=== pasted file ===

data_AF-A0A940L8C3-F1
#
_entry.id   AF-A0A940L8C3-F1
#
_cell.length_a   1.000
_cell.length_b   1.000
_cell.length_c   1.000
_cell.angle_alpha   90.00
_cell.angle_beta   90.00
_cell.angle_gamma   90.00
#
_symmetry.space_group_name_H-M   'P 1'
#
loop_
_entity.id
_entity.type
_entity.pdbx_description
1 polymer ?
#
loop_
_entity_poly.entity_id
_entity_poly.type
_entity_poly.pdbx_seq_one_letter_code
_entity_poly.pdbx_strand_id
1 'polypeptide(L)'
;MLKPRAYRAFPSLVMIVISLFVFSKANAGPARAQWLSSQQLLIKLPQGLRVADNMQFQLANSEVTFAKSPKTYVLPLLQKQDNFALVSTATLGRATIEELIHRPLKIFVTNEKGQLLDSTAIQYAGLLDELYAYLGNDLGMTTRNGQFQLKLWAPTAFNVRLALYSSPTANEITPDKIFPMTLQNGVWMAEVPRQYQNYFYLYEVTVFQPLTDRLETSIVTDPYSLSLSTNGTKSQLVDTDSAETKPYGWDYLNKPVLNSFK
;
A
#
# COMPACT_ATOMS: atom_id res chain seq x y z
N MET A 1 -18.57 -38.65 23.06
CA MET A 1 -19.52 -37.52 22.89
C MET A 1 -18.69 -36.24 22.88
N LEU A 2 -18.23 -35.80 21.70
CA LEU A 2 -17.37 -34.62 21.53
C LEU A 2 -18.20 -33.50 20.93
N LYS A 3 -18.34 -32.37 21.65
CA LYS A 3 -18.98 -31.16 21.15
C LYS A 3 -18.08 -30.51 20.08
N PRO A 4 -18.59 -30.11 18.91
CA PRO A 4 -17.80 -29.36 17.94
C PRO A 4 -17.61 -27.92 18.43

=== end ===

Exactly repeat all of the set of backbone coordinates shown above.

data_AF-A0A940L8C3-F1
#
_entry.id   AF-A0A940L8C3-F1
#
_cell.length_a   1.000
_cell.length_b   1.000
_cell.length_c   1.000
_cell.angle_alpha   90.00
_cell.angle_beta   90.00
_cell.angle_gamma   90.00
#
_symmetry.space_group_name_H-M   'P 1'
#
loop_
_entity.id
_entity.type
_entity.pdbx_description
1 polymer ?
#
loop_
_entity_poly.entity_id
_entity_poly.type
_entity_poly.pdbx_seq_one_letter_code
_entity_poly.pdbx_strand_id
1 'polypeptide(L)'
;MLKPRAYRAFPSLVMIVISLFVFSKANAGPARAQWLSSQQLLIKLPQGLRVADNMQFQLANSEVTFAKSPKTYVLPLLQKQDNFALVSTATLGRATIEELIHRPLKIFVTNEKGQLLDSTAIQYAGLLDELYAYLGNDLGMTTRNGQFQLKLWAPTAFNVRLALYSSPTANEITPDKIFPMTLQNGVWMAEVPRQYQNYFYLYEVTVFQPLTDRLETSIVTDPYSLSLSTNGTKSQLVDTDSAETKPYGWDYLNKPVLNSFK
;
A
#
# COMPACT_ATOMS: atom_id res chain seq x y z
N MET A 1 -18.57 -38.65 23.06
CA MET A 1 -19.52 -37.52 22.89
C MET A 1 -18.69 -36.24 22.88
N LEU A 2 -18.23 -35.80 21.70
CA LEU A 2 -17.37 -34.62 21.53
C LEU A 2 -18.20 -33.50 20.93
N LYS A 3 -18.34 -32.37 21.65
CA LYS A 3 -18.98 -31.16 21.15
C LYS A 3 -18.08 -30.51 20.08
N PRO A 4 -18.59 -30.11 18.91
CA PRO A 4 -17.80 -29.36 17.94
C PRO A 4 -17.61 -27.92 18.43